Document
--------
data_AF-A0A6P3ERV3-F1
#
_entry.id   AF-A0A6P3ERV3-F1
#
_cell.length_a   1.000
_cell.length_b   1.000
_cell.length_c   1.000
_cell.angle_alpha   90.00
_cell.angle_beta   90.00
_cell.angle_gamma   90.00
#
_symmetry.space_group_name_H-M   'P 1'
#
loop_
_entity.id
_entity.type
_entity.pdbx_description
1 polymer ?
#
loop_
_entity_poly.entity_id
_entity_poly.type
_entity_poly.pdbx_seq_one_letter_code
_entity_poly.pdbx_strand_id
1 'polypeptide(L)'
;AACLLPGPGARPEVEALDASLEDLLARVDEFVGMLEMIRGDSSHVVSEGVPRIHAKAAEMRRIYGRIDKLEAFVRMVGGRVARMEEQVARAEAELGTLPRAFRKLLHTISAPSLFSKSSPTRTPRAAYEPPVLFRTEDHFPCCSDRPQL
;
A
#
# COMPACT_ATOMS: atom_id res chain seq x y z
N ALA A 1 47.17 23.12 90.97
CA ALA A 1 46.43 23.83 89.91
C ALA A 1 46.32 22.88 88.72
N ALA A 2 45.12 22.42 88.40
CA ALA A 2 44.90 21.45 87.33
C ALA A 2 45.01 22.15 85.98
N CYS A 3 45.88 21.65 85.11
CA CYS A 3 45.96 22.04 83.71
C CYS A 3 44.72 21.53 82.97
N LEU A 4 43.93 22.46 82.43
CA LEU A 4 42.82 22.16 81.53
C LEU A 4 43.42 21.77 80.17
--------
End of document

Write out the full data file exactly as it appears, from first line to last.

data_AF-A0A6P3ERV3-F1
#
_entry.id   AF-A0A6P3ERV3-F1
#
_cell.length_a   1.000
_cell.length_b   1.000
_cell.length_c   1.000
_cell.angle_alpha   90.00
_cell.angle_beta   90.00
_cell.angle_gamma   90.00
#
_symmetry.space_group_name_H-M   'P 1'
#
loop_
_entity.id
_entity.type
_entity.pdbx_description
1 polymer ?
#
loop_
_entity_poly.entity_id
_entity_poly.type
_entity_poly.pdbx_seq_one_letter_code
_entity_poly.pdbx_strand_id
1 'polypeptide(L)'
;AACLLPGPGARPEVEALDASLEDLLARVDEFVGMLEMIRGDSSHVVSEGVPRIHAKAAEMRRIYGRIDKLEAFVRMVGGRVARMEEQVARAEAELGTLPRAFRKLLHTISAPSLFSKSSPTRTPRAAYEPPVLFRTEDHFPCCSDRPQL
;
A
#
# COMPACT_ATOMS: atom_id res chain seq x y z
N ALA A 1 47.17 23.12 90.97
CA ALA A 1 46.43 23.83 89.91
C ALA A 1 46.32 22.88 88.72
N ALA A 2 45.12 22.42 88.40
CA ALA A 2 44.90 21.45 87.33
C ALA A 2 45.01 22.15 85.98
N CYS A 3 45.88 21.65 85.11
CA CYS A 3 45.96 22.04 83.71
C CYS A 3 44.72 21.53 82.97
N LEU A 4 43.93 22.46 82.43
CA LEU A 4 42.82 22.16 81.53
C LEU A 4 43.42 21.77 80.17